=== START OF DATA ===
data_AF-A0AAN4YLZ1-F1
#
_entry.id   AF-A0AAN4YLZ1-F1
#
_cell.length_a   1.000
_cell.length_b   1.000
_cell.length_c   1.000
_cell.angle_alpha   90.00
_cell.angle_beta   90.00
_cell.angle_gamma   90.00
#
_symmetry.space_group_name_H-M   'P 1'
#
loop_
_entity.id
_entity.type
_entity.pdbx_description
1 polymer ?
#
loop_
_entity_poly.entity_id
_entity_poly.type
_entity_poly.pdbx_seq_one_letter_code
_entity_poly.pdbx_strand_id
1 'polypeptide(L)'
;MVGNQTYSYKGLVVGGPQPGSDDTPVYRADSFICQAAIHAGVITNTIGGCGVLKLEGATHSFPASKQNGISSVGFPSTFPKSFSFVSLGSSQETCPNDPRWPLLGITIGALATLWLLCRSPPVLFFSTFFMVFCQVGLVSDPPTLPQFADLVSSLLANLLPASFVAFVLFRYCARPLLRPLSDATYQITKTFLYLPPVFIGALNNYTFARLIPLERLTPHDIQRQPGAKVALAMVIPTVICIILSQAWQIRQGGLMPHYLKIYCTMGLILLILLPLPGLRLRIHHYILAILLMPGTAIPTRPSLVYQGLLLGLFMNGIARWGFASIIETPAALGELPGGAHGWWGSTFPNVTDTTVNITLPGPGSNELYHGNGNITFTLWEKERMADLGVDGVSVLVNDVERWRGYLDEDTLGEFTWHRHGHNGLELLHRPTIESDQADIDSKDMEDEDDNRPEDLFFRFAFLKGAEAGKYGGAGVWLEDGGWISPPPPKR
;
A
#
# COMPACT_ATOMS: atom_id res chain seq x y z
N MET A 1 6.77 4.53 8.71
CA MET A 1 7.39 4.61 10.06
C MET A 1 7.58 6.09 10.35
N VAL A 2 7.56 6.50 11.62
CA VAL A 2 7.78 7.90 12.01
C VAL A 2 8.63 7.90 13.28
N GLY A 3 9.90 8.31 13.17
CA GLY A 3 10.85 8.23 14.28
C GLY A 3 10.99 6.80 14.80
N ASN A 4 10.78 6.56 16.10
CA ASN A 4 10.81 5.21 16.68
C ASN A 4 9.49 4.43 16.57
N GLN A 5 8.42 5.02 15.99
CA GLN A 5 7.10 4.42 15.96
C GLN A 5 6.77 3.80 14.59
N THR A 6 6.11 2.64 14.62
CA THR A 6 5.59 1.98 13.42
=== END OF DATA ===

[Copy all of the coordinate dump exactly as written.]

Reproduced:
data_AF-A0AAN4YLZ1-F1
#
_entry.id   AF-A0AAN4YLZ1-F1
#
_cell.length_a   1.000
_cell.length_b   1.000
_cell.length_c   1.000
_cell.angle_alpha   90.00
_cell.angle_beta   90.00
_cell.angle_gamma   90.00
#
_symmetry.space_group_name_H-M   'P 1'
#
loop_
_entity.id
_entity.type
_entity.pdbx_description
1 polymer ?
#
loop_
_entity_poly.entity_id
_entity_poly.type
_entity_poly.pdbx_seq_one_letter_code
_entity_poly.pdbx_strand_id
1 'polypeptide(L)'
;MVGNQTYSYKGLVVGGPQPGSDDTPVYRADSFICQAAIHAGVITNTIGGCGVLKLEGATHSFPASKQNGISSVGFPSTFPKSFSFVSLGSSQETCPNDPRWPLLGITIGALATLWLLCRSPPVLFFSTFFMVFCQVGLVSDPPTLPQFADLVSSLLANLLPASFVAFVLFRYCARPLLRPLSDATYQITKTFLYLPPVFIGALNNYTFARLIPLERLTPHDIQRQPGAKVALAMVIPTVICIILSQAWQIRQGGLMPHYLKIYCTMGLILLILLPLPGLRLRIHHYILAILLMPGTAIPTRPSLVYQGLLLGLFMNGIARWGFASIIETPAALGELPGGAHGWWGSTFPNVTDTTVNITLPGPGSNELYHGNGNITFTLWEKERMADLGVDGVSVLVNDVERWRGYLDEDTLGEFTWHRHGHNGLELLHRPTIESDQADIDSKDMEDEDDNRPEDLFFRFAFLKGAEAGKYGGAGVWLEDGGWISPPPPKR
;
A
#
# COMPACT_ATOMS: atom_id res chain seq x y z
N MET A 1 6.77 4.53 8.71
CA MET A 1 7.39 4.61 10.06
C MET A 1 7.58 6.09 10.35
N VAL A 2 7.56 6.50 11.62
CA VAL A 2 7.78 7.90 12.01
C VAL A 2 8.63 7.90 13.28
N GLY A 3 9.90 8.31 13.17
CA GLY A 3 10.85 8.23 14.28
C GLY A 3 10.99 6.80 14.80
N ASN A 4 10.78 6.56 16.10
CA ASN A 4 10.81 5.21 16.68
C ASN A 4 9.49 4.43 16.57
N GLN A 5 8.42 5.02 15.99
CA GLN A 5 7.10 4.42 15.96
C GLN A 5 6.77 3.80 14.59
N THR A 6 6.11 2.64 14.62
CA THR A 6 5.59 1.98 13.42